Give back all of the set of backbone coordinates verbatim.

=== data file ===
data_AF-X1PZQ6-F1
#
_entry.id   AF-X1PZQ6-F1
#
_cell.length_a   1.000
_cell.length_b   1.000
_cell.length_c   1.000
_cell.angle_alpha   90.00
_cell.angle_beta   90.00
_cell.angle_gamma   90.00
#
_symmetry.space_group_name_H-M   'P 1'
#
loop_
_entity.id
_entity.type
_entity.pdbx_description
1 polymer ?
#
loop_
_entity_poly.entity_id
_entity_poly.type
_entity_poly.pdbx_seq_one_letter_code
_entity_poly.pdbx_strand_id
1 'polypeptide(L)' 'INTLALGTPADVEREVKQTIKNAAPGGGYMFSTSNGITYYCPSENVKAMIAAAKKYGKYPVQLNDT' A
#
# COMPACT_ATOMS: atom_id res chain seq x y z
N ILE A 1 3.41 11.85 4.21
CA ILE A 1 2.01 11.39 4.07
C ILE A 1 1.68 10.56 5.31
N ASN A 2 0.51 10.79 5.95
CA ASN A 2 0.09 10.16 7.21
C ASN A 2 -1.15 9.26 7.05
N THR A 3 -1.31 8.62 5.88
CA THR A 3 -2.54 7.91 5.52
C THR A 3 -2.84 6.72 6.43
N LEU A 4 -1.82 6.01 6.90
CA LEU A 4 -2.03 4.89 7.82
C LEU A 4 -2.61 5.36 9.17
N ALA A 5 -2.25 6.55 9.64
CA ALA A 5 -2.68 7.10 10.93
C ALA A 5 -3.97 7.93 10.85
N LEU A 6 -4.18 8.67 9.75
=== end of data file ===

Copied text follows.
data_AF-X1PZQ6-F1
#
_entry.id   AF-X1PZQ6-F1
#
_cell.length_a   1.000
_cell.length_b   1.000
_cell.length_c   1.000
_cell.angle_alpha   90.00
_cell.angle_beta   90.00
_cell.angle_gamma   90.00
#
_symmetry.space_group_name_H-M   'P 1'
#
loop_
_entity.id
_entity.type
_entity.pdbx_description
1 polymer ?
#
loop_
_entity_poly.entity_id
_entity_poly.type
_entity_poly.pdbx_seq_one_letter_code
_entity_poly.pdbx_strand_id
1 'polypeptide(L)' 'INTLALGTPADVEREVKQTIKNAAPGGGYMFSTSNGITYYCPSENVKAMIAAAKKYGKYPVQLNDT' A
#
# COMPACT_ATOMS: atom_id res chain seq x y z
N ILE A 1 3.41 11.85 4.21
CA ILE A 1 2.01 11.39 4.07
C ILE A 1 1.68 10.56 5.31
N ASN A 2 0.51 10.79 5.95
CA ASN A 2 0.09 10.16 7.21
C ASN A 2 -1.15 9.26 7.05
N THR A 3 -1.31 8.62 5.88
CA THR A 3 -2.54 7.91 5.52
C THR A 3 -2.84 6.72 6.43
N LEU A 4 -1.82 6.01 6.90
CA LEU A 4 -2.03 4.89 7.82
C LEU A 4 -2.61 5.36 9.17
N ALA A 5 -2.25 6.55 9.64
CA ALA A 5 -2.68 7.10 10.93
C ALA A 5 -3.97 7.93 10.85
N LEU A 6 -4.18 8.67 9.75